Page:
Americans of a certain age may remember the 1970s-era TV commercial that depicted two kids trying to entice their baby brother, "Mikey," into doing something they didn't have the stomach for - tasting a new Quaker Oats cereal called Life.
In a similar fashion, it seems, Senate Republicans persuaded their freshman colleague Tom Cotton of Arkansas to write something they didn't want to take credit for. Thus Cotton penned a letter to the leaders of Iran suggesting they ignore the president of the United States as he tries to lead negotiations to limit the scope and pace of that nation's nuclear program.
It probably didn't take much to get Cotton to try to undermine the delicate negotiations. After all, this was an opportunity to further burnish his image as the latest darling for conservatives seeking candidates for higher office. Given Cotton's other credentials, including Army tours in Iraq and Afghanistan, the letter could put him in the conversation about second billing on the GOP presidential ticket.
Unfortunately, that's what Cotton's letter is really about - politics. Just as when House Speaker John Boehner invited Israeli Prime Minister Benjamin Netanyahu to speak before a joint session of Congress. The speech was good politics for Republicans seeking to tighten their ties to the politically active pro-Israel lobby in America. And it was good politics for Netanyahu heading into next week's Israeli elections.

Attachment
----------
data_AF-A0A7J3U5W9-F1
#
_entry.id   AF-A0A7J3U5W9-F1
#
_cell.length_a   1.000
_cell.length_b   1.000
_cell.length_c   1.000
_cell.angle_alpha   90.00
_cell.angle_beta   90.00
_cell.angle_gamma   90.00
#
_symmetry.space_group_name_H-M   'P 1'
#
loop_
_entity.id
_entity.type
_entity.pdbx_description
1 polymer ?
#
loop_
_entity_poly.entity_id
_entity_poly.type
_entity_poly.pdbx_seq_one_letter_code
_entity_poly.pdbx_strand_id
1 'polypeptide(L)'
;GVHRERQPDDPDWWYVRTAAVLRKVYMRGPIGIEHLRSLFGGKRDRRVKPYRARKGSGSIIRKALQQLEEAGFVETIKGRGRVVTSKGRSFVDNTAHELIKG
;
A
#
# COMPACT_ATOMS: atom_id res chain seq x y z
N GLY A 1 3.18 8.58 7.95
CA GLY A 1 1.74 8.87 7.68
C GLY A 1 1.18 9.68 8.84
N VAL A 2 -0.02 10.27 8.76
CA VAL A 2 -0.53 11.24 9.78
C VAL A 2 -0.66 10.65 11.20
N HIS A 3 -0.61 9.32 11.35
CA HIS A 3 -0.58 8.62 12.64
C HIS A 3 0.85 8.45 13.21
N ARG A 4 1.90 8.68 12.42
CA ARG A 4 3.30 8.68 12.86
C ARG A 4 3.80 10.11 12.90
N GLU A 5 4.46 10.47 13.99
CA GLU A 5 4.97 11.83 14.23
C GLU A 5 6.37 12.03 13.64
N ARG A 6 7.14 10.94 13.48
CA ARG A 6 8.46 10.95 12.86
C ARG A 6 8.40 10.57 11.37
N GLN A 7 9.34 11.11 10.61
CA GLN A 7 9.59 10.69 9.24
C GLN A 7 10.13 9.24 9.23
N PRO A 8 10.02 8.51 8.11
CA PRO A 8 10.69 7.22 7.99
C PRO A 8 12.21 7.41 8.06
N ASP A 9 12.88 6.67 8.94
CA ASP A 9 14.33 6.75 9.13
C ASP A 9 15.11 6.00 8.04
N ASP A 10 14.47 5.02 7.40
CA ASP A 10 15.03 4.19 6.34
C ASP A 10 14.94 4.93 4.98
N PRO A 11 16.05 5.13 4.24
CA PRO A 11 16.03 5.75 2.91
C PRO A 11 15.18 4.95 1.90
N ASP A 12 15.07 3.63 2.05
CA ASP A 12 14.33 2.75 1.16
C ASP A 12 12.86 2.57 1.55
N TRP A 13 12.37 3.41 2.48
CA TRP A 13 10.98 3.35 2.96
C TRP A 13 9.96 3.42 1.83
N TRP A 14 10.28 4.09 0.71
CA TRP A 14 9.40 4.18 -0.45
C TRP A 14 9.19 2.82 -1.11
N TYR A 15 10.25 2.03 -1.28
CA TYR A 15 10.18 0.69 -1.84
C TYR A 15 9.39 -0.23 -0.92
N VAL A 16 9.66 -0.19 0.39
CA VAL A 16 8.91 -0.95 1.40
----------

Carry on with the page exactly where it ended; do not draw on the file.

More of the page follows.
Such acts of political theater, however, are counterproductive when it comes to easing Mideast tensions and ensuring that Iran's stated desire to provide its people with nuclear energy doesn't quickly turn into a full-scale weapons program.
Furthermore, Boehner's disregard for protocol in inviting Netanyahu without consulting the White House, as well as Cotton's letter suggesting foreign governments need not pay attention to a U.S. president, were not only an affront to American diplomacy but an insult to President Obama, who has suffered too many indignities at the hands of the "loyal opposition" - including being called a liar by a Republican House member during a speech.
Cotton's letter, signed by 47 Republicans, including Sen. Pat Toomey (R., Pa.), erroneously depicts the negotiations as bilateral talks between Iran and the United States. They actually involve the five permanent members of the U.N. Security Council - the United States, the United Kingdom, Russia, China, and France - plus Germany. So to suggest, as the letter did, that anything Obama agrees to by executive action could be blithely ignored once he leaves office isn't entirely true.
Cotton said he wrote the letter to explain the foreign policy powers of the president and Congress to the Iranians. That condescending notion ignores the fact that Iran's chief negotiator, Javad Zarif, has four degrees from American universities and knows quite well how our political system works. More likely, the letter wasn't written for the Iranians; it was written to appease a conservative audience that gets pleasure out of diminishing this particular president's prestige.